President of the Ghana Catholic Bishops’ Conference, Most Reverend Philip Naameh, has lamented the perceived level of corruption perpetrated by political actors.
Speaking at the plenary session of the Ghana Catholic Bishops’ Conference in Wa on Monday, Most Rev Naameh said corruption is having a toll on the national economy, thereby increasing Ghana’s poverty situation.
He said President Akufo-Addo has defaulted in honouring his promise to protect the public purse.
“Poverty is grinding down millions of people all over the country, prices of essentials are rising daily, and people are struggling to keep families alive together.
“Though poverty stares us in the face, it appears lost to those with power,” Most Rev. Naameh said.
It has been 21 years since the last Catholic Bishops’ Conference was held in the Upper West Region.
For a Region where almost half of the population belongs to the Catholic faith, worshippers see it as their religion coming home after two decades.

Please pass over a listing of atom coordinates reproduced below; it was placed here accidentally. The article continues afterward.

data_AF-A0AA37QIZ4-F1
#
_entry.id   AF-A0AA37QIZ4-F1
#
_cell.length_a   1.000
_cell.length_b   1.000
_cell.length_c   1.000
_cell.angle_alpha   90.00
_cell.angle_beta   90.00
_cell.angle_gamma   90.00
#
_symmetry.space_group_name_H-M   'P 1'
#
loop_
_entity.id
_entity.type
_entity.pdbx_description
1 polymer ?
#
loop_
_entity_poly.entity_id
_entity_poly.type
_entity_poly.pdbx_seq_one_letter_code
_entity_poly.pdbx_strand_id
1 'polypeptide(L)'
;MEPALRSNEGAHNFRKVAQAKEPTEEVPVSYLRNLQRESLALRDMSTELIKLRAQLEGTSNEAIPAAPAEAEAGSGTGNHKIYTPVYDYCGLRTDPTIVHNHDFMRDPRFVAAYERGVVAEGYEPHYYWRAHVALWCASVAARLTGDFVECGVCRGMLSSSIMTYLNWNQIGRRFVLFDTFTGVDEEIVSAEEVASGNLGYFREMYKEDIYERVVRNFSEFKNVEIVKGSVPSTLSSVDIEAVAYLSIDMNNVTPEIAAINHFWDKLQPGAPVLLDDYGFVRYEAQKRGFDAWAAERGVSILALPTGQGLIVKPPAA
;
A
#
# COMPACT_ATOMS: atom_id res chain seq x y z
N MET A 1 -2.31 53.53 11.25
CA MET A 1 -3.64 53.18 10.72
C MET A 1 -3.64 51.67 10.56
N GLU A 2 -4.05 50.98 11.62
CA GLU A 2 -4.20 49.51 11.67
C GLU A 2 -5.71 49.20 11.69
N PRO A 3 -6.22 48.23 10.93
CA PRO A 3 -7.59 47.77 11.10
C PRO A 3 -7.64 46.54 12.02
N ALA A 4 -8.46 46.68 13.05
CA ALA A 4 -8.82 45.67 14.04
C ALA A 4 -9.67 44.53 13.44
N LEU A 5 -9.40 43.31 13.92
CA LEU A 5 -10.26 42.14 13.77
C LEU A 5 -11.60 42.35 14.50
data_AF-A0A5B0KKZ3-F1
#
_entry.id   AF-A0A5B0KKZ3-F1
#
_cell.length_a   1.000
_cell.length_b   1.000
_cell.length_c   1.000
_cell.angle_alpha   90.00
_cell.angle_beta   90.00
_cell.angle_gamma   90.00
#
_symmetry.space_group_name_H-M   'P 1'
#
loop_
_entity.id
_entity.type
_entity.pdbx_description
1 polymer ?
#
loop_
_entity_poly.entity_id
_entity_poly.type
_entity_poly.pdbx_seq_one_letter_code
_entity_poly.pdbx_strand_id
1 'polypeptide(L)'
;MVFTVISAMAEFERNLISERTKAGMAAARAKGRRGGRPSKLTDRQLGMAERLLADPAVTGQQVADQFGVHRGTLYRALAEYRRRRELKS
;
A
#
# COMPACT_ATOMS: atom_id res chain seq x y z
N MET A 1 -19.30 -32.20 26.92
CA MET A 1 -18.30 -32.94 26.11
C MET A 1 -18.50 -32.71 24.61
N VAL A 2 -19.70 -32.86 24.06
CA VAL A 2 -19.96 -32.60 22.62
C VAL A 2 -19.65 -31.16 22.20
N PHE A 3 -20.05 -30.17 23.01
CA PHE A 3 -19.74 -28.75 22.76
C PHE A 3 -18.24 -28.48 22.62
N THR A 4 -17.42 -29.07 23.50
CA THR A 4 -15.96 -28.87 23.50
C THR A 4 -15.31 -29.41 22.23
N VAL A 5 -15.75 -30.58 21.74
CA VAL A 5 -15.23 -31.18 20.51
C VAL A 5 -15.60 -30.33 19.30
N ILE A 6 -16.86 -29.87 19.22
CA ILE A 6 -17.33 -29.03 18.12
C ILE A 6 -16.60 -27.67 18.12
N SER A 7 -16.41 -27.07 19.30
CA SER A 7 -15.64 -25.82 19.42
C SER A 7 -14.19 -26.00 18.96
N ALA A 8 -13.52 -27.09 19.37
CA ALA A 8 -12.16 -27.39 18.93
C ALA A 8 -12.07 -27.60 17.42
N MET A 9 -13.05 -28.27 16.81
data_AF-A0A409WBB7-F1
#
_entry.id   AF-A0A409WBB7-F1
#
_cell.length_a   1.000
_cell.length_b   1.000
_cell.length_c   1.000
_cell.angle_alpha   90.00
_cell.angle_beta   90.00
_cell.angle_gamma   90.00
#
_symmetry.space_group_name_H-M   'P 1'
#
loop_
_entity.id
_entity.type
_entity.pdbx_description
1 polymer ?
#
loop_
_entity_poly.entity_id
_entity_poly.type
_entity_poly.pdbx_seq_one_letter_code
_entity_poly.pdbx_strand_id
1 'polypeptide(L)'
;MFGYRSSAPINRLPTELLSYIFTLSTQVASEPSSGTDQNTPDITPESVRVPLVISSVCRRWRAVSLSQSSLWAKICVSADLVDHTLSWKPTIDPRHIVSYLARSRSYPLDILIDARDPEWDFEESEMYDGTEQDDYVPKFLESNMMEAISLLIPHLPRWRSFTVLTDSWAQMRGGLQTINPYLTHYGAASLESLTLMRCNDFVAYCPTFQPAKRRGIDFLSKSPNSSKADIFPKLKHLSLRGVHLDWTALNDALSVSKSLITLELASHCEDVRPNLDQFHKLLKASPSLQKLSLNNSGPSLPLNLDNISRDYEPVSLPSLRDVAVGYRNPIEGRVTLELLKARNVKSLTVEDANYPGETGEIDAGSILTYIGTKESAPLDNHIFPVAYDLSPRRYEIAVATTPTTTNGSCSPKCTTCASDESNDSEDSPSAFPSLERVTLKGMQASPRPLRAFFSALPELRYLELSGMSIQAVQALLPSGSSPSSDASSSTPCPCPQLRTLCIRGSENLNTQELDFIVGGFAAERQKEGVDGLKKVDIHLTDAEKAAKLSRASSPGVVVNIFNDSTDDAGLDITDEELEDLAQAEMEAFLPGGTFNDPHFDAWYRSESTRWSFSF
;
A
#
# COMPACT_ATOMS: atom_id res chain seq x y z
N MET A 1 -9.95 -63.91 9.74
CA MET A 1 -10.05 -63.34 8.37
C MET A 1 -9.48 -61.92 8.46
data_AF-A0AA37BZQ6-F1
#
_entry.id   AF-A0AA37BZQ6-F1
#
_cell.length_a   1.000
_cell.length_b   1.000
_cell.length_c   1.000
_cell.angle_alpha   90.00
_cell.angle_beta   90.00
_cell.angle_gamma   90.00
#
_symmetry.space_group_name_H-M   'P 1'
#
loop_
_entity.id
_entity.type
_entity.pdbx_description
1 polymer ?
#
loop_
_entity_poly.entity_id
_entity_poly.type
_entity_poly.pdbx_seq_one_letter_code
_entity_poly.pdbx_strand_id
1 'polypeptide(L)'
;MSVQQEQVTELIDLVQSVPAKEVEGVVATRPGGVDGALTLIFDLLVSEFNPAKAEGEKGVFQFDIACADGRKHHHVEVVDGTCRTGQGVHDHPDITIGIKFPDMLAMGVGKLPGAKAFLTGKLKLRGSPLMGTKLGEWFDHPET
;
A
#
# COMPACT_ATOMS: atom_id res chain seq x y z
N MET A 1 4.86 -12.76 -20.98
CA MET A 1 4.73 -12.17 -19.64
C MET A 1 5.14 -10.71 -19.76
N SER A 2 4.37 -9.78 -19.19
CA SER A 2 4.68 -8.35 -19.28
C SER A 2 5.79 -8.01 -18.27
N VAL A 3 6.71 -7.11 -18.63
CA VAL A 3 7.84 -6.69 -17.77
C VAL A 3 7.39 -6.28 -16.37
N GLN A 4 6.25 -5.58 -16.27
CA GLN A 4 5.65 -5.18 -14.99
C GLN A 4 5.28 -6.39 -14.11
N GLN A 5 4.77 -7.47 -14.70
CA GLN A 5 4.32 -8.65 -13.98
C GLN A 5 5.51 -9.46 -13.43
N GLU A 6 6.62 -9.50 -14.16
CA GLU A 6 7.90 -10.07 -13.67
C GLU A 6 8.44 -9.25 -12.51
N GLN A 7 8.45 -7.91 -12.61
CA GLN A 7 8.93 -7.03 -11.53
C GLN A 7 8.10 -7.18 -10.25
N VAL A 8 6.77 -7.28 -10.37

Ironically, the majority of the people in the region are living below the poverty line.
And among the wide range of issues that the President of the Bishops’ Conference, Most Reverend Philip Naameh, spoke about, was the excruciating hardship and endemic poverty that the people are wallowing in.
He noted that although the Covid-19 pandemic is a global crisis, he believed the disease is indiscriminate in its effect on the world economy.
He observed that relatively developing countries like Ghana have been the worse hit, with multi-sectoral effects.
He, therefore, called on the government and the church to prioritise the empowerment of the youth and women by offering them employable skills.
Touching on LGBTQ+ activities, the Archbishop called on the citizenry to support the Promotion of Proper Human Sexual Rights and Ghanaian Family Values Bill 2021.
“I wish to appeal to all well-meaning Ghanaians to support this bill by impacting or influencing our Parliamentarians to vote against this cancer or virus called LGBTQ+,” he said.
The over 30 Archbishops and Bishops earlier rolled out of town and headed to Jirapa, considered the Catholic Church’s cradle and birthplace in the Region.
They visited the grave and prayed for the departed soul of the first Chief of Jirapa, Naa Salifu Ganaa Ansolee I, who was a Muslim but ceded parts of his land to the Catholic missionaries to begin to practice their faith.